Saturday, May 2, 2015

Coach

Coach Jeff Sommer
The news came in the form of a phone call from a trusted running friend.  What she told me literally took my breath away.  Jeff Sommer had died at the Florida State High School Track and Field Championships.  My mind went blank and a sinking feeling hit my chest hard.

I always called him coach.  Calling someone coach is the ultimate sign of respect to me.  I met him when I first came to Fort Myers in 2003.  Our paths first crossed at one of the local road races where he routinely whipped my ass.  Then as fate would have it, I moved into his neighborhood, his house just a block over from mine.

Coach Jeff Sommer had spent years building Estero High School into a distance running powerhouse.  I've known a lot of great high school coaches.  Coaches you've probably never heard of, Verlyn Schmidt, Van Rose and Joe Schrag.  They set the standard in the state of Kansas.  But what Coach Sommer did stands out when compared from the trio of greats I mentioned from my home state of Kansas. 

Sommer's had no hills to train his runners on.  He trained his athletes in the humid, pre-dawn hours during the summer to escape the oppressive heat of Southwest Florida.  His 3D approach of discipline, desire and determination, produced some amazing distance runners.  Sommer was cheering on his talented squad of 4 X 800 girls to a championship when he collapsed.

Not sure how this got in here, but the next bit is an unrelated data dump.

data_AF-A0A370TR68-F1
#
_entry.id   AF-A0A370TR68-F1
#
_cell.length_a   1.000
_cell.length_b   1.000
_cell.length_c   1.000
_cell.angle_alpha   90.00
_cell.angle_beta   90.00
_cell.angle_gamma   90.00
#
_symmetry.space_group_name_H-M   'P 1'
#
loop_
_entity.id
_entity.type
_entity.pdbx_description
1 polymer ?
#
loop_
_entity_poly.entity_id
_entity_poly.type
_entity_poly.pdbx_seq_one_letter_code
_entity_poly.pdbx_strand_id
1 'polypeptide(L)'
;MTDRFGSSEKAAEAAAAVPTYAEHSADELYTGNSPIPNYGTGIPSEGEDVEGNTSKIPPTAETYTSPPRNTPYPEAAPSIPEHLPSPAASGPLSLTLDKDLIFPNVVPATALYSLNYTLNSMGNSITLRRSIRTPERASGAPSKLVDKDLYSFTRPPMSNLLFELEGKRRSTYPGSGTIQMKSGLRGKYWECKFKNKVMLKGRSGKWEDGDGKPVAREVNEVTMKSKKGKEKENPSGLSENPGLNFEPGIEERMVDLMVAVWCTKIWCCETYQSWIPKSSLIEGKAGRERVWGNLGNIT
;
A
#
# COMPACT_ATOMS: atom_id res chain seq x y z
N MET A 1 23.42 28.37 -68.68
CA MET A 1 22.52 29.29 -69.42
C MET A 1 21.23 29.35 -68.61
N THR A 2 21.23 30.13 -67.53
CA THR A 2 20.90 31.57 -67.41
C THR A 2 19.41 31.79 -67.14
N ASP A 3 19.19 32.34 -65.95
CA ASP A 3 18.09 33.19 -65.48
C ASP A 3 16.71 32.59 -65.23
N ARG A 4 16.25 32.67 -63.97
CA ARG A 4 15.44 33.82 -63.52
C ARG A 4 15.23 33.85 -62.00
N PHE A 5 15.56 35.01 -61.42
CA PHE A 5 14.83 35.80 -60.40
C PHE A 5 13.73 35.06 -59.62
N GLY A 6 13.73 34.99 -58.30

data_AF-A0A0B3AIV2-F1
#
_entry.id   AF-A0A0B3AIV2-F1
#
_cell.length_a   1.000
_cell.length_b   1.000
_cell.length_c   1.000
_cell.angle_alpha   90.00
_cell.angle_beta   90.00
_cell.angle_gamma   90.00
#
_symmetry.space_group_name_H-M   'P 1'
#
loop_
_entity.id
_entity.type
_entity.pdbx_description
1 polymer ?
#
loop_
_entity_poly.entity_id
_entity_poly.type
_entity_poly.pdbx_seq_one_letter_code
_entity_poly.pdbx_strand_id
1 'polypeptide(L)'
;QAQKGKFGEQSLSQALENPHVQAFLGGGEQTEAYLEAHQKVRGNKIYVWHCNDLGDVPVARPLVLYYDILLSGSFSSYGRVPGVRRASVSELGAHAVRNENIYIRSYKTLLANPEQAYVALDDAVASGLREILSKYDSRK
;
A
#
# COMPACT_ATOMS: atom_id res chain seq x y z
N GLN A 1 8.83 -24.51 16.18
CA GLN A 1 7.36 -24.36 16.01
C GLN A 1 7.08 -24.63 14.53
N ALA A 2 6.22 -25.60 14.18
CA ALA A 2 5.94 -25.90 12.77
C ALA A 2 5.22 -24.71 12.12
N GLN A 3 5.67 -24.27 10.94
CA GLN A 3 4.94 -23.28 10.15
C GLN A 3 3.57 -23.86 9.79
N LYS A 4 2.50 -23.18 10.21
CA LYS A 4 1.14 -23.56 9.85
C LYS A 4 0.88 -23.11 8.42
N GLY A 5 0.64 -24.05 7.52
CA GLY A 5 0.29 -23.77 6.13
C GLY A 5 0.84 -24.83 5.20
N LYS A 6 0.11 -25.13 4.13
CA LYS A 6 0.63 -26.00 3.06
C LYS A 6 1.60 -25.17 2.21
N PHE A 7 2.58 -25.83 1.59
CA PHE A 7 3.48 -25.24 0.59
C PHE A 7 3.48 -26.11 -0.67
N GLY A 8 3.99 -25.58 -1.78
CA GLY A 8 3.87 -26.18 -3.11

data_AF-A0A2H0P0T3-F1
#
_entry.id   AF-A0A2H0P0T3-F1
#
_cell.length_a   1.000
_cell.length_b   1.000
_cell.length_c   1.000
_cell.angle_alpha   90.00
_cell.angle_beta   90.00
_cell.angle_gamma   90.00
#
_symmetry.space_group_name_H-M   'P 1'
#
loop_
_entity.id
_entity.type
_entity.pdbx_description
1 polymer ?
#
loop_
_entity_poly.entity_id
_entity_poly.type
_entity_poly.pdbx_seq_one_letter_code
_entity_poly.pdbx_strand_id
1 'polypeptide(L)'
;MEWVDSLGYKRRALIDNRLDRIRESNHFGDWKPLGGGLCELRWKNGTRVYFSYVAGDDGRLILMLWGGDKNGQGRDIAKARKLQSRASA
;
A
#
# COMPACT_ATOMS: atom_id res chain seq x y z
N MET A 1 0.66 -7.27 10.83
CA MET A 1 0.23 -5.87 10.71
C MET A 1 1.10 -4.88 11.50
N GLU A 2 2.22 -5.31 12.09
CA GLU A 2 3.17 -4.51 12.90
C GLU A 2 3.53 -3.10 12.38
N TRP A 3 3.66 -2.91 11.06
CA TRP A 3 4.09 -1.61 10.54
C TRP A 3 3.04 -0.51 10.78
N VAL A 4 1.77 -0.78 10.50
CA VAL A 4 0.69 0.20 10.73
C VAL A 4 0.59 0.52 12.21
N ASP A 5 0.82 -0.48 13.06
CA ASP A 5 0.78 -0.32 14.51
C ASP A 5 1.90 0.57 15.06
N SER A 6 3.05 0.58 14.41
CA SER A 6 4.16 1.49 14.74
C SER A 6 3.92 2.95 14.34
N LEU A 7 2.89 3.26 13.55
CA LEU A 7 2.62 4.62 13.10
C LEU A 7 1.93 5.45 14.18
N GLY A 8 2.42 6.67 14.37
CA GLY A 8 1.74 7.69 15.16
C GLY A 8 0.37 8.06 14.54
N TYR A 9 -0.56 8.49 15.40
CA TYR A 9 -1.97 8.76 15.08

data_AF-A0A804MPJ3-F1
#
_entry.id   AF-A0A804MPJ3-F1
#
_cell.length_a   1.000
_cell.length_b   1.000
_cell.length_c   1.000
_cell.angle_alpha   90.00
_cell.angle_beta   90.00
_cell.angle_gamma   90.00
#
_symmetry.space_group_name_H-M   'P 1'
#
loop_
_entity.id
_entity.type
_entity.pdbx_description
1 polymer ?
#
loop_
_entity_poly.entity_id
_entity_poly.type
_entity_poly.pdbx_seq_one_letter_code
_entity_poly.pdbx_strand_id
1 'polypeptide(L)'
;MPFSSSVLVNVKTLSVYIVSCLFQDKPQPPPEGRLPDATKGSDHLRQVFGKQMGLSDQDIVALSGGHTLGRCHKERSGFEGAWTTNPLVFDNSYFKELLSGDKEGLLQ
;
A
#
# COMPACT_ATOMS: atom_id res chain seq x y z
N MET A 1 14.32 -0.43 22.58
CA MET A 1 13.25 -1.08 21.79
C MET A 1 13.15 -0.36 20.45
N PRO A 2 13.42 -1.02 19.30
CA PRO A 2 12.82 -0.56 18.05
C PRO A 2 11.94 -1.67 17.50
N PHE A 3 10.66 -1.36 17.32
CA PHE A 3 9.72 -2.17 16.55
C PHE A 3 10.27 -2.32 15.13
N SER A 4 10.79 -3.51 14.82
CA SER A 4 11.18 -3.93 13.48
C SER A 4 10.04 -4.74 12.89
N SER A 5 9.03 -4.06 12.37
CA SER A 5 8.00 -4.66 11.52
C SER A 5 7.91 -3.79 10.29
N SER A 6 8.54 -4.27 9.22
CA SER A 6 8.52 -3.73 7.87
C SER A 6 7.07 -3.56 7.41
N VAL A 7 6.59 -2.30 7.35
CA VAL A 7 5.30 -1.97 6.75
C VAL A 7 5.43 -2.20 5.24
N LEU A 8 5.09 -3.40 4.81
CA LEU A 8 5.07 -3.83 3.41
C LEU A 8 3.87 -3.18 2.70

I can't explain why I feel such a sense of loss.  Coach and I spoke to each other less than 2 dozen times in the 12 years that we knew each other.  Our conversations always left me feeling that I was taking to a man in a hurry, a man on a mission, a man touching lives. 

And that's where the hurt comes from for me.  I know that Coach Sommer touched and changed hundreds upon hundreds of lives.  His good work spread across the community and he raised the bar for coaches across Southwest Florida and the entire state of Florida.  He did what my late coach did.

It was almost exactly ago, the coach that changed my life, Tom Dowling, died suddenly from a heart related incident.  Like Coach Sommer, the works of Coach Dowling lifted high school distance running across the Kansas City metro area.  The two men were opposites.  Coach Sommer was an intense, rolling bundle of energy.  Coach Dowling was a zen figure.  But both men trained champions on the track and champions in life.

My heart hurts for Coach Sommer, his family, his athletes, but most of all my heart hurts for our community.

Editors note:  The Fort Myers News-Press asked me to share these links: